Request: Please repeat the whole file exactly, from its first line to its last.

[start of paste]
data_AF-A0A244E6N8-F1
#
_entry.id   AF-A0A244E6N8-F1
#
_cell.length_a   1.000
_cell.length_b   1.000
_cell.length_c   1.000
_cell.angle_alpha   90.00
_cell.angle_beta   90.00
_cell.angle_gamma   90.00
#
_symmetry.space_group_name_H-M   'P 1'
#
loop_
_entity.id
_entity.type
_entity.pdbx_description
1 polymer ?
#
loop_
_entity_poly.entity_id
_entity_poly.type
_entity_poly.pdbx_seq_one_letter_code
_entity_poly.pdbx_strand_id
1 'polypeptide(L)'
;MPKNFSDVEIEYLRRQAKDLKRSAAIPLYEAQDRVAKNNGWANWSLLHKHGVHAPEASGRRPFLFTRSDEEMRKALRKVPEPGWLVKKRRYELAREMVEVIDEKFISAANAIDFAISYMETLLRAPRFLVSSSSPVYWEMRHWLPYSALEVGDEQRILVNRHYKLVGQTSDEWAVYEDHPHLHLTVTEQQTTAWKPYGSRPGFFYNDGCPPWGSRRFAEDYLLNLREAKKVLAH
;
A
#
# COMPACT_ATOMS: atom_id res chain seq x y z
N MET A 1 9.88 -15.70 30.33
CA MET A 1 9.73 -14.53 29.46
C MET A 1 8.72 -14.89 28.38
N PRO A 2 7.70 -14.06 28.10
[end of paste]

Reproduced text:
data_AF-A0A244E6N8-F1
#
_entry.id   AF-A0A244E6N8-F1
#
_cell.length_a   1.000
_cell.length_b   1.000
_cell.length_c   1.000
_cell.angle_alpha   90.00
_cell.angle_beta   90.00
_cell.angle_gamma   90.00
#
_symmetry.space_group_name_H-M   'P 1'
#
loop_
_entity.id
_entity.type
_entity.pdbx_description
1 polymer ?
#
loop_
_entity_poly.entity_id
_entity_poly.type
_entity_poly.pdbx_seq_one_letter_code
_entity_poly.pdbx_strand_id
1 'polypeptide(L)'
;MPKNFSDVEIEYLRRQAKDLKRSAAIPLYEAQDRVAKNNGWANWSLLHKHGVHAPEASGRRPFLFTRSDEEMRKALRKVPEPGWLVKKRRYELAREMVEVIDEKFISAANAIDFAISYMETLLRAPRFLVSSSSPVYWEMRHWLPYSALEVGDEQRILVNRHYKLVGQTSDEWAVYEDHPHLHLTVTEQQTTAWKPYGSRPGFFYNDGCPPWGSRRFAEDYLLNLREAKKVLAH
;
A
#
# COMPACT_ATOMS: atom_id res chain seq x y z
N MET A 1 9.88 -15.70 30.33
CA MET A 1 9.73 -14.53 29.46
C MET A 1 8.72 -14.89 28.38
N PRO A 2 7.70 -14.06 28.10